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Ross Sommers: His Own Man

By Steefenie Wicks

During my interview with Ross Sommers I asked him, “ What’s it like to have your father considered, the ‘King of the Sausalito Waterfront?’ As the son do you find that hard to live up to?”    Ross laughed and said, “No, I don’t even come close to that, my dad was all about the sea and me, I’m about more than that.  I like to hunt, and have since I was 10 years old.  I have two brothers and two sons and I’m the only one that really took to the water.  But once I opened up my own shop, I got to work.  I think that’s what it’s all about, your own personal accomplishments.  And I have been lucky because I have been allowed to live my dream and that’s what I’m doing.”

Ross Sommers, the son of ship builder Harold Sommers, is the new face at the Spaulding Wooden Boat Center.  He is the new Yard Manager and his job is very close to what he does in his own Yard at Gate 3, the Richardson Bay Boat Works.

His talents are much like his dad’s; he believes if you aren’t ‘hands on’, then things can get nasty.  He goes on to say, ”With today’s pricing in boat yards you want to have a ‘hands on’ guy so that you can stay alert.”

Ross and his two younger brothers grew up in Oakland, his parents were divorced when he was 10, and at 12 he started to go sailing with Dad.  He began to come to Sausalito on the weekends and go sailing with his father aboard the ‘FREDA’, a vessel that he would later call home. He remembers sailing the ‘FREDA’ but says the best was the first sails aboard the ‘WANDERBIRD’ …  those were special times.

From the time he began sailing up until he was almost 30 he did a variety of jobs that had to do with either shipbuilding or delivery of yachts.   For 5 years he sailed with Bob Sloan aboard the vessel, ‘SPIKE AFRICA’ where he continued to perfect his sailing skills.  But it was the rebuilding of the ‘WANDERBIRD’ that served to teach him to become a skilled marine worker.   “I consider myself a jack-of all- trades kind of guy, but mostly I do boat repair and have been doing so for the last 40 years on the Sausalito, waterfront.”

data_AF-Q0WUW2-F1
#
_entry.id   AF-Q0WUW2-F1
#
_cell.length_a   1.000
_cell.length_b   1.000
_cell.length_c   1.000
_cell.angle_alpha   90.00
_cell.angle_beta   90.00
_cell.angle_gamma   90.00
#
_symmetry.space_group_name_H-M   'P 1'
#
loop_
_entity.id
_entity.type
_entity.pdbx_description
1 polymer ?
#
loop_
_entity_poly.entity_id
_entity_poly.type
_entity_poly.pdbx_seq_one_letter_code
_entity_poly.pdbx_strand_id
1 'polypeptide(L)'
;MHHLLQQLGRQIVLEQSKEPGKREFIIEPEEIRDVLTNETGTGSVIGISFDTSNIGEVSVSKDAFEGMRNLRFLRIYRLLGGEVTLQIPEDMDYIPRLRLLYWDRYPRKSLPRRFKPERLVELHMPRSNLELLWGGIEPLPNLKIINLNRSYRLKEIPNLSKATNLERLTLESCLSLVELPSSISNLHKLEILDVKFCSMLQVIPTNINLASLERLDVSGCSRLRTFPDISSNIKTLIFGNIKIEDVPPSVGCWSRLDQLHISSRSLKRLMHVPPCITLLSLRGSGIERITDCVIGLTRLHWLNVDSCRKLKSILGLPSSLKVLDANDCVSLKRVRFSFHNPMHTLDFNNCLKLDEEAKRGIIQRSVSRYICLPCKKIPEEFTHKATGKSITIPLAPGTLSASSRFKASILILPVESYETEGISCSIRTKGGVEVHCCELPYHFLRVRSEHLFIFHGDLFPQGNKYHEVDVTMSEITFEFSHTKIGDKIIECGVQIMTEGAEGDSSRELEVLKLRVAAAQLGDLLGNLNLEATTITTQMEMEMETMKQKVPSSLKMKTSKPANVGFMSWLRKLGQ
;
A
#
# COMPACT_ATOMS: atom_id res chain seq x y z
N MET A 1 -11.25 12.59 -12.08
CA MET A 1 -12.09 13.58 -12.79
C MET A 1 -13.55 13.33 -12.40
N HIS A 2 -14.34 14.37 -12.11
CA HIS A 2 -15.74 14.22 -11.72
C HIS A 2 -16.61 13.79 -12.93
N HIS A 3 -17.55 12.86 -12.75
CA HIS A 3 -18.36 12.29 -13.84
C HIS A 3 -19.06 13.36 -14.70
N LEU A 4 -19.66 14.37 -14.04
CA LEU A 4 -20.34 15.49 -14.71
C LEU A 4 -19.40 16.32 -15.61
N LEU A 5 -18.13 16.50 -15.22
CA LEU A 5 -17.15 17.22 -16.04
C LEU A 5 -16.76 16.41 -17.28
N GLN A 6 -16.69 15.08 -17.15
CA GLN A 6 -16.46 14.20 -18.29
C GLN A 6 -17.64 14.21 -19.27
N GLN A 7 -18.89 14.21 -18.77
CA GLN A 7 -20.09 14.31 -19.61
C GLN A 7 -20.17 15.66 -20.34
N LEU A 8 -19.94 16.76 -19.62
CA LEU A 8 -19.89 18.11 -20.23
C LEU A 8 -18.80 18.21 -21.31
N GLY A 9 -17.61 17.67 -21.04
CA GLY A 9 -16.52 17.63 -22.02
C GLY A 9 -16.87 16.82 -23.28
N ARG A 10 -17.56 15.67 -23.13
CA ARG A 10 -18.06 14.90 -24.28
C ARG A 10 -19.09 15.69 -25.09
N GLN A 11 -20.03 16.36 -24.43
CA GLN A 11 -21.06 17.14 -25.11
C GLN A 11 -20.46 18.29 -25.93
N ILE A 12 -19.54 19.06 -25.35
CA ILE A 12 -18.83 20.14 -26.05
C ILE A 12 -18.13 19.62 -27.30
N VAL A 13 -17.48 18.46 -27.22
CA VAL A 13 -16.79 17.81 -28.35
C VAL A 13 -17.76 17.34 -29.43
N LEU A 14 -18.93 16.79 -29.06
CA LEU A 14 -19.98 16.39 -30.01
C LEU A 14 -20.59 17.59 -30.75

He goes on to say,” I was an ‘indentured servant’ on board the ‘WANDERBIRD’ and that’s how I learned boat building and boat repair.   My father would come by and see me sitting and say, ‘ while you are resting here’s a piece of sand paper -- that area needs some work’.   But there was a lot of community involvement with the ‘WANDERBIRD’, with guys like John Linderman Sr., he did a lot of the spar work and Ray Speck and his group from Gate 3 would come and over and pull the plywood off the deck.  You got to see ’hands on’ procedures by talented craftsmen, which is today a dying art.”

Other people would come by and volunteer their time working on some project that needed to be done on the ‘WANDERBIRD’.  During this time Ross lived on board the vessel in a small house-like structure that sat on the deck at the stern.   He says this was a time when people were not so rushed and they wanted to be part of a project that was considered special to the entire waterfront community.

‘There was the time my Dad received funds from I’m not sure who, but we ordered 3 units of Port Orford Cedar (from Oregon) in the rough.  A lot of people don’t know this but myself and a friend of mind rebuilt all of the bulwarks, the deck, the frames, the beams and the planks from the water line up. It took three and one half years, working everyday for 5 days a week while resting with a piece of sand paper in my hands.”

I asked Ross  whether he has seen any big changes since he has been working on the waterfront, and he pointed out that there are so many more restrictions than there used to be.  He explained that before you could do a few things that were easy for you like not having to lock up all the time.  For 15 years he   never locked up anything in his yard, but now he finds that something is stolen from the yard at least once or twice a year.  It gets a little depressing when you start to see that kind of change in a place that has always been considered ‘safe’.

Getting back to his new job at the Spaulding Wooden Boat Center, he says that he really likes the place because it’s like going to work in a big barn and he likes that feeling.   Having built his own home in San Anselmo, which has a barn, he feels at home at Spaulding.  He believes that the work that has been done on the ‘FREDA’ makes her a better-built vessel than when he sailed and lived on her.  Going to work each day seeing this classic that he learned to sail on, what he sees now is not only part of his past but the future of all of the new sailors who will walk her decks and pull her into the wind.   This is exciting.

Spaulding Center is hosting an Open House on Saturday, July 13 from 11 AM -3 PM.

Included are free guided boat rides with a Sausalito Historical Society Docent on board.  For information go to www.spauldingcenter.org or call (415) 332-3179.


Ross Sommers

Portrait by Steefenie Wicks






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